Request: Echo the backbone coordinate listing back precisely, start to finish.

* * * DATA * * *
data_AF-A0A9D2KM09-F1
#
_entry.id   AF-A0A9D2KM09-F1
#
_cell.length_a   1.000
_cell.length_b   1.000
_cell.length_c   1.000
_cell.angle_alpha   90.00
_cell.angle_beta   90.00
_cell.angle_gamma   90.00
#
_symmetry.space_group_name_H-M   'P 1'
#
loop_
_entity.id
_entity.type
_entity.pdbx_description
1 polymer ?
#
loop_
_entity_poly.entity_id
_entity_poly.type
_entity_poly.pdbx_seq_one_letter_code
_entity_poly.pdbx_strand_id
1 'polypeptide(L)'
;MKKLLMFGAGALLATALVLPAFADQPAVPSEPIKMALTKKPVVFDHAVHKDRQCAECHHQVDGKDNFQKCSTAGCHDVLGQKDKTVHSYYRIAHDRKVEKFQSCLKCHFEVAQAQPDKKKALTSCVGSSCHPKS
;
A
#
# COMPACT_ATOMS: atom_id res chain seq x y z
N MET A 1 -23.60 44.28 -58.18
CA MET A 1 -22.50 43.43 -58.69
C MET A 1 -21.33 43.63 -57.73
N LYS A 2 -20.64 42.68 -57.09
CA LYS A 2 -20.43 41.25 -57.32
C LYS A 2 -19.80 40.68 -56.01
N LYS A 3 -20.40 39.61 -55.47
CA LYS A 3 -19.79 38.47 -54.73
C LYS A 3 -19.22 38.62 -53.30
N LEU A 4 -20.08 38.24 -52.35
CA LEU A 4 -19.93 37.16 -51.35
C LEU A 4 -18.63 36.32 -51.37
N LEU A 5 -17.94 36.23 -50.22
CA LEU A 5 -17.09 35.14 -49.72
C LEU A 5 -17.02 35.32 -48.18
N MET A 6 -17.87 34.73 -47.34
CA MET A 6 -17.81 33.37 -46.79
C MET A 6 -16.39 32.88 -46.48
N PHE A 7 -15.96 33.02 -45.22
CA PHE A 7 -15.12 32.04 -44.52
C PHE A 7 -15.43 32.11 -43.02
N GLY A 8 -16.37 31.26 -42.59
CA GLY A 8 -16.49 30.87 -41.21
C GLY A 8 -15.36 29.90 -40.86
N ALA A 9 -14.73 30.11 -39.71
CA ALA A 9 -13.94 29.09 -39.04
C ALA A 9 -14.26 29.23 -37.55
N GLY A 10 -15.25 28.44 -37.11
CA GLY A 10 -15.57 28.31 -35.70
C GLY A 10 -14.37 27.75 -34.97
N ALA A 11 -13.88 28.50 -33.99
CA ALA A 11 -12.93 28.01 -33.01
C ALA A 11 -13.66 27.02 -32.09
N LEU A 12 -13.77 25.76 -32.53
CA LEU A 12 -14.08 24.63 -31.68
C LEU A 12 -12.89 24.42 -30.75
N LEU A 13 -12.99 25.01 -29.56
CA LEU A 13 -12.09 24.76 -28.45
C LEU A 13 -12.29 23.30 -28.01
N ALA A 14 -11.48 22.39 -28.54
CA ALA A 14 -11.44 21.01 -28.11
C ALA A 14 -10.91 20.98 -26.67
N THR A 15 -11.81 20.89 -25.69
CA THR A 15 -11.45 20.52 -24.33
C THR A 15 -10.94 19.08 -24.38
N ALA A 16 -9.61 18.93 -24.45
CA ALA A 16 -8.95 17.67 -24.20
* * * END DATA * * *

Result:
data_AF-A0A9D2KM09-F1
#
_entry.id   AF-A0A9D2KM09-F1
#
_cell.length_a   1.000
_cell.length_b   1.000
_cell.length_c   1.000
_cell.angle_alpha   90.00
_cell.angle_beta   90.00
_cell.angle_gamma   90.00
#
_symmetry.space_group_name_H-M   'P 1'
#
loop_
_entity.id
_entity.type
_entity.pdbx_description
1 polymer ?
#
loop_
_entity_poly.entity_id
_entity_poly.type
_entity_poly.pdbx_seq_one_letter_code
_entity_poly.pdbx_strand_id
1 'polypeptide(L)'
;MKKLLMFGAGALLATALVLPAFADQPAVPSEPIKMALTKKPVVFDHAVHKDRQCAECHHQVDGKDNFQKCSTAGCHDVLGQKDKTVHSYYRIAHDRKVEKFQSCLKCHFEVAQAQPDKKKALTSCVGSSCHPKS
;
A
#
# COMPACT_ATOMS: atom_id res chain seq x y z
N MET A 1 -23.60 44.28 -58.18
CA MET A 1 -22.50 43.43 -58.69
C MET A 1 -21.33 43.63 -57.73
N LYS A 2 -20.64 42.68 -57.09
CA LYS A 2 -20.43 41.25 -57.32
C LYS A 2 -19.80 40.68 -56.01
N LYS A 3 -20.40 39.61 -55.47
CA LYS A 3 -19.79 38.47 -54.73
C LYS A 3 -19.22 38.62 -53.30
N LEU A 4 -20.08 38.24 -52.35
CA LEU A 4 -19.93 37.16 -51.35
C LEU A 4 -18.63 36.32 -51.37
N LEU A 5 -17.94 36.23 -50.22
CA LEU A 5 -17.09 35.14 -49.72
C LEU A 5 -17.02 35.32 -48.18
N MET A 6 -17.87 34.73 -47.34
CA MET A 6 -17.81 33.37 -46.79
C MET A 6 -16.39 32.88 -46.48
N PHE A 7 -15.96 33.02 -45.22
CA PHE A 7 -15.12 32.04 -44.52
C PHE A 7 -15.43 32.11 -43.02
N GLY A 8 -16.37 31.26 -42.59
CA GLY A 8 -16.49 30.87 -41.21
C GLY A 8 -15.36 29.90 -40.86
N ALA A 9 -14.73 30.11 -39.71
CA ALA A 9 -13.94 29.09 -39.04
C ALA A 9 -14.26 29.23 -37.55
N GLY A 10 -15.25 28.44 -37.11
CA GLY A 10 -15.57 28.31 -35.70
C GLY A 10 -14.37 27.75 -34.97
N ALA A 11 -13.88 28.50 -33.99
CA ALA A 11 -12.93 28.01 -33.01
C ALA A 11 -13.66 27.02 -32.09
N LEU A 12 -13.77 25.76 -32.53
CA LEU A 12 -14.08 24.63 -31.68
C LEU A 12 -12.89 24.42 -30.75
N LEU A 13 -12.99 25.01 -29.56
CA LEU A 13 -12.09 24.76 -28.45
C LEU A 13 -12.29 23.30 -28.01
N ALA A 14 -11.48 22.39 -28.54
CA ALA A 14 -11.44 21.01 -28.11
C ALA A 14 -10.91 20.98 -26.67
N THR A 15 -11.81 20.89 -25.69
CA THR A 15 -11.45 20.52 -24.33
C THR A 15 -10.94 19.08 -24.38
N ALA A 16 -9.61 18.93 -24.45
CA ALA A 16 -8.95 17.67 -24.20